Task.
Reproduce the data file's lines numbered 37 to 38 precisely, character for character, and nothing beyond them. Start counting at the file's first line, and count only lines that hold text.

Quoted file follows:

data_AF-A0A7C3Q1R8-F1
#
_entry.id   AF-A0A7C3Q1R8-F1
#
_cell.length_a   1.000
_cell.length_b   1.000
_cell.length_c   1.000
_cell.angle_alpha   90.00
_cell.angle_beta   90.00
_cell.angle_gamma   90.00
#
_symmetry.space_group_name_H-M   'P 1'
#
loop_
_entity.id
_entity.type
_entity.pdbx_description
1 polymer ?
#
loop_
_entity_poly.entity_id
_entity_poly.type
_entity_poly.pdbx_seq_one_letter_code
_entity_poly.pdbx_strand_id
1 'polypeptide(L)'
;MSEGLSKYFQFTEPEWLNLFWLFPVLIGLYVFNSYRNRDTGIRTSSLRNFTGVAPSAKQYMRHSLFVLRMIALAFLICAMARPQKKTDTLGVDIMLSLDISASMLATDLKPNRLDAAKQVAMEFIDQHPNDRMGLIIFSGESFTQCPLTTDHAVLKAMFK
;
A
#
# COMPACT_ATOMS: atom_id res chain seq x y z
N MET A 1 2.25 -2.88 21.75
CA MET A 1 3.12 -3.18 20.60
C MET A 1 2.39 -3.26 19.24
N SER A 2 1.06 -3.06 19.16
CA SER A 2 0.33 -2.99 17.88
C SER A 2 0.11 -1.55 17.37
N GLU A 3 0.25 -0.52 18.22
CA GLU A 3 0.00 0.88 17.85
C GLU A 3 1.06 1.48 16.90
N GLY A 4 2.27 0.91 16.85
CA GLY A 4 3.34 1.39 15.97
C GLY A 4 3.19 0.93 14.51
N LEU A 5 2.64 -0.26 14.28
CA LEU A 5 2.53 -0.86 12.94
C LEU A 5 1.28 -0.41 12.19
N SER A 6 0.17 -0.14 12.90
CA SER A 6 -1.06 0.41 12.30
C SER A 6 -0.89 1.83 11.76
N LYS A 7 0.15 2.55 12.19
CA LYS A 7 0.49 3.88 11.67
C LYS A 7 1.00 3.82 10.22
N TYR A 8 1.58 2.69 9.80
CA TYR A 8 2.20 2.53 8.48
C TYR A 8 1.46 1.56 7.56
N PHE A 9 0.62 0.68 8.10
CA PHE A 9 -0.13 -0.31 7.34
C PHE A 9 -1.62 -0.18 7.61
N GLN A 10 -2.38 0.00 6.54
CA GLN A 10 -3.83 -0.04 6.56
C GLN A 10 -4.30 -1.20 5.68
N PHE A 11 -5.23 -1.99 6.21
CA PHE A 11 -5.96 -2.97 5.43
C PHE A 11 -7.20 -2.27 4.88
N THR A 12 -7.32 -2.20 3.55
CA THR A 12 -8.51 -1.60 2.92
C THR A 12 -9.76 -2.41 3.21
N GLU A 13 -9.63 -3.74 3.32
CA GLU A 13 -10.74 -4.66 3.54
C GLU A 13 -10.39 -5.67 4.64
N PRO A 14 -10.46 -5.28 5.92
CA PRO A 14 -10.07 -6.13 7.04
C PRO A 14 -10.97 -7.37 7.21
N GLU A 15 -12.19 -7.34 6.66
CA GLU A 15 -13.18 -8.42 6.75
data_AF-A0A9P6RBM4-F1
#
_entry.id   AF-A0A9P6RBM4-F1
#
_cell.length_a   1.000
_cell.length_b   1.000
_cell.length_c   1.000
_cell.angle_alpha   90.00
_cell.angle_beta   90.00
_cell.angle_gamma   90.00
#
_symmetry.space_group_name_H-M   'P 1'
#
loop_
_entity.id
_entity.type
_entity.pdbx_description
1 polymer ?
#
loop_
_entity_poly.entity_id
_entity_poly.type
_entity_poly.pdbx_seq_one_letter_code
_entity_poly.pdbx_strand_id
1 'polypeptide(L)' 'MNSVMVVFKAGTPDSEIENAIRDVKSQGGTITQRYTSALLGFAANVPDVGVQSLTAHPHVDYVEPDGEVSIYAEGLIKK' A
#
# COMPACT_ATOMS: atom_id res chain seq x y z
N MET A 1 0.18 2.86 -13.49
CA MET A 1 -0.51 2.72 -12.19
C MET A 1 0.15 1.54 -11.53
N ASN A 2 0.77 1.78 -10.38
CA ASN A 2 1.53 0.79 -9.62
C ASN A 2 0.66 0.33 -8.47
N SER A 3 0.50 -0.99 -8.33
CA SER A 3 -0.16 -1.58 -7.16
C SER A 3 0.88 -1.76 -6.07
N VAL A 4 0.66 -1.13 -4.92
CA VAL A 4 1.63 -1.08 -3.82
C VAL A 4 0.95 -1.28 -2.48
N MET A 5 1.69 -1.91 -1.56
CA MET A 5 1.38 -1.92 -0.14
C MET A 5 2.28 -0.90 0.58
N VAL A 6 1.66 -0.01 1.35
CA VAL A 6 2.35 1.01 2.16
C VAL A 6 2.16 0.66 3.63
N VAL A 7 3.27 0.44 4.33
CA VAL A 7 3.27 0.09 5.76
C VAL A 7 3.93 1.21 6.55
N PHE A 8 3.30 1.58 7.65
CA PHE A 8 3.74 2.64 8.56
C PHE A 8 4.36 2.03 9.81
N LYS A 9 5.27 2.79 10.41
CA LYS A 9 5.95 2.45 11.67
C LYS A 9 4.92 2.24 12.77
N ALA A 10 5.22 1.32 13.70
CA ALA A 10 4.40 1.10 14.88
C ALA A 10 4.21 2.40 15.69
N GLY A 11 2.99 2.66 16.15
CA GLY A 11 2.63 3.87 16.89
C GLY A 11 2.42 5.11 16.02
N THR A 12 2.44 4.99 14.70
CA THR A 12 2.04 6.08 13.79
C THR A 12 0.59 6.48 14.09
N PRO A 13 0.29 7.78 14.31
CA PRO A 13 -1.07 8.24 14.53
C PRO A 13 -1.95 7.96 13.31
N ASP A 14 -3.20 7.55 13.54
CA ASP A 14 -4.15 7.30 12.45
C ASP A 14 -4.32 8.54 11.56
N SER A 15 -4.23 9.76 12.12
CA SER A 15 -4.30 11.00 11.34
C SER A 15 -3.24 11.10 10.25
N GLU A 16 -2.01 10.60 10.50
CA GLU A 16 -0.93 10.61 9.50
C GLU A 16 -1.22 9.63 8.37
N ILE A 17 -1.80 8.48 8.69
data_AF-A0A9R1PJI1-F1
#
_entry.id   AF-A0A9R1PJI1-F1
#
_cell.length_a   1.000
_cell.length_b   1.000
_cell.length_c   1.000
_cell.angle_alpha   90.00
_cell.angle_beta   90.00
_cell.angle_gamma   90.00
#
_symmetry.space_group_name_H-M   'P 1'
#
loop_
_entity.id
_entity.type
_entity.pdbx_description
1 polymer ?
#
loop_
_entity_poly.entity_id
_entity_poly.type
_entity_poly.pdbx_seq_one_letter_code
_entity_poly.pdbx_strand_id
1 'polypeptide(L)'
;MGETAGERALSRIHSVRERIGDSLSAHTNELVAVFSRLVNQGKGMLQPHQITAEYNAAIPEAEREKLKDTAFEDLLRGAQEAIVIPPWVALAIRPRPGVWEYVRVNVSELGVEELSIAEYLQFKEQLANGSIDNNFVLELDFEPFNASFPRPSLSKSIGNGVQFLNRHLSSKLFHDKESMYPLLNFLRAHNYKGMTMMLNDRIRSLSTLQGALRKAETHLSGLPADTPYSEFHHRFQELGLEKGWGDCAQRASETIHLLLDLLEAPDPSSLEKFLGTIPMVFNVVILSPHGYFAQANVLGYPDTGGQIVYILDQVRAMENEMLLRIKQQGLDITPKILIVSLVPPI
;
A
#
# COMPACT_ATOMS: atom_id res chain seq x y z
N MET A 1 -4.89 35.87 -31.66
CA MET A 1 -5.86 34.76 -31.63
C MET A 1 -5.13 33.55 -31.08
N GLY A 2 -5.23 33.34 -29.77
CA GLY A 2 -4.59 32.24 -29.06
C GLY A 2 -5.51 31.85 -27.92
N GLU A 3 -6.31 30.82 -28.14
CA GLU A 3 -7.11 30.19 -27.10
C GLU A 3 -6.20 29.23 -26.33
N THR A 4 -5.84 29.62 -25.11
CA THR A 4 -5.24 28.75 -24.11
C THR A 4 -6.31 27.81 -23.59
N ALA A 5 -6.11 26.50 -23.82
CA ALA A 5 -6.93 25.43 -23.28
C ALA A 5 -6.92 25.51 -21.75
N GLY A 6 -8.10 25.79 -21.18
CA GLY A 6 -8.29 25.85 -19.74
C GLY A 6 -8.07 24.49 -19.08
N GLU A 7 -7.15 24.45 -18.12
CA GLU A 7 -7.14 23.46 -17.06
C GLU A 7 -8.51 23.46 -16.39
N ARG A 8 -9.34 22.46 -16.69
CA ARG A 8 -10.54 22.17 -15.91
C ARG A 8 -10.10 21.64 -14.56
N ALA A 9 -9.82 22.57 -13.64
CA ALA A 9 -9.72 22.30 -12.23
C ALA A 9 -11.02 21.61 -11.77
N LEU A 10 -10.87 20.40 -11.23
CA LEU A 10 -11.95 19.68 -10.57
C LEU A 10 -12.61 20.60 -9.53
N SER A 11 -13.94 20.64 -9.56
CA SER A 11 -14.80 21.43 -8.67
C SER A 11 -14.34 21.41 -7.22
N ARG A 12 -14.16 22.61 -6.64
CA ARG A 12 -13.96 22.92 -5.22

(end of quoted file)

N GLU A 3 0.25 -0.52 18.22
CA GLU A 3 0.00 0.88 17.85